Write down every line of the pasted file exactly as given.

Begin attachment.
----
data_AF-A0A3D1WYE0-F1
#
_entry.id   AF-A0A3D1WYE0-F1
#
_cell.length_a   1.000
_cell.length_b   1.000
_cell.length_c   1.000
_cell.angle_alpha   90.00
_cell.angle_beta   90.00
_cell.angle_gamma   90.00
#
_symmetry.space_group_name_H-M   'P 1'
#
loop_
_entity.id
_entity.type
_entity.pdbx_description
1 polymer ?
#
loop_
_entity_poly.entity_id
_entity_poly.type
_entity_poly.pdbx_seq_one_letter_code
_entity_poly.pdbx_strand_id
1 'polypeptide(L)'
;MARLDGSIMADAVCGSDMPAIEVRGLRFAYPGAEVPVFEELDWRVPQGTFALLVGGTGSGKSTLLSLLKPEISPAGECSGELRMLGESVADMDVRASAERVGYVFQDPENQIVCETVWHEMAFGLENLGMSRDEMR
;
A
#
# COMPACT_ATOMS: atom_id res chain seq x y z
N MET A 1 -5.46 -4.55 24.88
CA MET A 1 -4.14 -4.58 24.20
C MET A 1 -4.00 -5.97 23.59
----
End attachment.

data_AF-A0A3D1WYE0-F1
#
_entry.id   AF-A0A3D1WYE0-F1
#
_cell.length_a   1.000
_cell.length_b   1.000
_cell.length_c   1.000
_cell.angle_alpha   90.00
_cell.angle_beta   90.00
_cell.angle_gamma   90.00
#
_symmetry.space_group_name_H-M   'P 1'
#
loop_
_entity.id
_entity.type
_entity.pdbx_description
1 polymer ?
#
loop_
_entity_poly.entity_id
_entity_poly.type
_entity_poly.pdbx_seq_one_letter_code
_entity_poly.pdbx_strand_id
1 'polypeptide(L)'
;MARLDGSIMADAVCGSDMPAIEVRGLRFAYPGAEVPVFEELDWRVPQGTFALLVGGTGSGKSTLLSLLKPEISPAGECSGELRMLGESVADMDVRASAERVGYVFQDPENQIVCETVWHEMAFGLENLGMSRDEMR
;
A
#
# COMPACT_ATOMS: atom_id res chain seq x y z
N MET A 1 -5.46 -4.55 24.88
CA MET A 1 -4.14 -4.58 24.20
C MET A 1 -4.00 -5.97 23.59